The men looked at each other with veiled alarm.  Who was this mysterious person who seemed to know so much about them, and yet was completely unknown to them?  Kael took two steps to the elven woman, and taking her by the arm, hauled her to her feet.  But before he could react further, there was a glittering knife at his throat.

 She spoke softly so only he could make out her words.  “Move against me at your own risk, human.  I have no love of my task and could just as easily break my vow on the tiniest of excuses.”  Her dark eyes were leveled straight at him, yet they held no malice or challenge. He released her and took one step back, but stood there obstinate and unmoving.

 “Just who are you, and why are you here?”

 She sheathed her knife and looked around at each of the three in turn.  “My name is Mirestal, and I am of the Aerthyrian Sovereignty.  I have been sent here to help you and to keep you safe against those who would come against you.”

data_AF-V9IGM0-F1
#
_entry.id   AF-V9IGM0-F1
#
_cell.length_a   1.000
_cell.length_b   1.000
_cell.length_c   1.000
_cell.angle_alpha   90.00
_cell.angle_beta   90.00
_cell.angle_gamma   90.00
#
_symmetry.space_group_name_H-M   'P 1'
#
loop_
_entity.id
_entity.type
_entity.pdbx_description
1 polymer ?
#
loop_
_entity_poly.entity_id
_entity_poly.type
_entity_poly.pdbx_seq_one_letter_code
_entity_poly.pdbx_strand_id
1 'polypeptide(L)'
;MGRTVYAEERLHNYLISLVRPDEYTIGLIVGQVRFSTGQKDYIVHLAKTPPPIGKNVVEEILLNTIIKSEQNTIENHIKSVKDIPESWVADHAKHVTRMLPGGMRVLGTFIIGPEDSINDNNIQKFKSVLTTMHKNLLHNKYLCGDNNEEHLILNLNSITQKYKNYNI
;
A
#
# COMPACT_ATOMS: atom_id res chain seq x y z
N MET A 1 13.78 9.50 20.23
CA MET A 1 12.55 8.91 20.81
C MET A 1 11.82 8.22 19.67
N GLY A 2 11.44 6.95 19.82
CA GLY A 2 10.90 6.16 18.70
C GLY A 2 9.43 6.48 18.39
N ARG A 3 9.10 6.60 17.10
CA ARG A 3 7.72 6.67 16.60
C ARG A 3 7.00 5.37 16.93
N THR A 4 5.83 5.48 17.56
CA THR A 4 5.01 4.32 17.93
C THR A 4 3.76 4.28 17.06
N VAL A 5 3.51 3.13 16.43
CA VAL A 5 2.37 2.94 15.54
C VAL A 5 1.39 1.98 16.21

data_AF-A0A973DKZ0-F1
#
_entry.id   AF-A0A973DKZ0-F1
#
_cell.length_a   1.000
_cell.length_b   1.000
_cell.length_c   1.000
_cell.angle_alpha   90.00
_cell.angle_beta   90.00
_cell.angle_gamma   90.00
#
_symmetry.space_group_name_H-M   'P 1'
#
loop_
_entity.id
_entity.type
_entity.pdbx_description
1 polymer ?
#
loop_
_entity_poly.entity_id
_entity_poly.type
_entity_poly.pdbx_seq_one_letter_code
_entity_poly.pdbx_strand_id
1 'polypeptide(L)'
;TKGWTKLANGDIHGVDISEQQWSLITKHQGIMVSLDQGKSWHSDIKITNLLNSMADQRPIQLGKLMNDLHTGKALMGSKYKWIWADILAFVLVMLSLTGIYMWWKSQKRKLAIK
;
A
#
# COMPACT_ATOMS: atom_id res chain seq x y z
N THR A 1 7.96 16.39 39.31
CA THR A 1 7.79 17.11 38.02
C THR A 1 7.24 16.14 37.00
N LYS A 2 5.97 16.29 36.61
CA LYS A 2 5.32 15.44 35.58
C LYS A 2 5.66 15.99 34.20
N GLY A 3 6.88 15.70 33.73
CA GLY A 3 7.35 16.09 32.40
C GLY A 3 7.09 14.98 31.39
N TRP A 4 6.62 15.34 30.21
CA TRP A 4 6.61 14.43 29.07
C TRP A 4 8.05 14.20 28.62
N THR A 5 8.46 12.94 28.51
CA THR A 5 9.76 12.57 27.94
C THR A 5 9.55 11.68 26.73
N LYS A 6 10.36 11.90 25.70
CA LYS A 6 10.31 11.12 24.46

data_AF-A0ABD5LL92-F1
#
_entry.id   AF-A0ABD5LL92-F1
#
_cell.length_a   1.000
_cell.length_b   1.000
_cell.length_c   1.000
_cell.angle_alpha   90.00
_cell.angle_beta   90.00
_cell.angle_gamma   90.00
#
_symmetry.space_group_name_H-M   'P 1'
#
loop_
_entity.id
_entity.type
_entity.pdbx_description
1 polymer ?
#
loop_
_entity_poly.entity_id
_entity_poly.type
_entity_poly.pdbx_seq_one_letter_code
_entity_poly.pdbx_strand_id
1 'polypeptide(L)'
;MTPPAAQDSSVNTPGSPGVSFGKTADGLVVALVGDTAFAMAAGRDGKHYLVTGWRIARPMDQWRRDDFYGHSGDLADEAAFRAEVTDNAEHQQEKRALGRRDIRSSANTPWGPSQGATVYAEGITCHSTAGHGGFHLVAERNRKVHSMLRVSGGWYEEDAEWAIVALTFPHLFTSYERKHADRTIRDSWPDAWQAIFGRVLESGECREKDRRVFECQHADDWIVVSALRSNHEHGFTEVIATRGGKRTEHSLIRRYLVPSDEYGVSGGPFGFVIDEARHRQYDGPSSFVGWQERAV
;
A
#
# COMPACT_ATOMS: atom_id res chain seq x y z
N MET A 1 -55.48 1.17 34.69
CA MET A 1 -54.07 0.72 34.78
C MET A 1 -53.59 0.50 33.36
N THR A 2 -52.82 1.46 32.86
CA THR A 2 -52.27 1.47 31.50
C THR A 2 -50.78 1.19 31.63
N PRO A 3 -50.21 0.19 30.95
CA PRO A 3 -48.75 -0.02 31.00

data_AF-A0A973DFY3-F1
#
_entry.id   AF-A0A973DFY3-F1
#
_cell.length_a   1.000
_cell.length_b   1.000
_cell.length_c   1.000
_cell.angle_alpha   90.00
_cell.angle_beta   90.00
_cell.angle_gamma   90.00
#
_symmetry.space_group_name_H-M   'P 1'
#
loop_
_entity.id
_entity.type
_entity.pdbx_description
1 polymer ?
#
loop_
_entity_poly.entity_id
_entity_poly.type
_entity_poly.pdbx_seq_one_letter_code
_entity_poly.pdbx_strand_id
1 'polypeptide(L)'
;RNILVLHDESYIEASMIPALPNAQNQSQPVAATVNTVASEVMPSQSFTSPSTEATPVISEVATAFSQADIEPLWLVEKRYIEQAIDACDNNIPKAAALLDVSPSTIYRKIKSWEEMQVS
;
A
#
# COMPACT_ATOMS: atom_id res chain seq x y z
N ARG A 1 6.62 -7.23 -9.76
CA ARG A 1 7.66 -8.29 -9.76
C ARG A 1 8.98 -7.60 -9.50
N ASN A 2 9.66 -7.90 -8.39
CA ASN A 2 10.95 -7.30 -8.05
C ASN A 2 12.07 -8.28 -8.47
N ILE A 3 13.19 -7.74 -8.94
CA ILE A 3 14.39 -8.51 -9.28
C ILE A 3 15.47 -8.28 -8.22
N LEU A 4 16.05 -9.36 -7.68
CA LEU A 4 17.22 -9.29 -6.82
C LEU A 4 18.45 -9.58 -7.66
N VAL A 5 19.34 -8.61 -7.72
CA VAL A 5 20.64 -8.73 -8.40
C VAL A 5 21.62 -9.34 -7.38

“But who sent you?” Kael pressed. 

“A friend,” she replied, and would say no more.

~ by arcticwren on October 14, 2009.

Leave a Reply

Fill in your details below or click an icon to log in:

WordPress.com Logo

You are commenting using your WordPress.com account. Log Out / Change )

Twitter picture

You are commenting using your Twitter account. Log Out / Change )

Facebook photo

You are commenting using your Facebook account. Log Out / Change )

Google+ photo

You are commenting using your Google+ account. Log Out / Change )

Connecting to %s

%d bloggers like this: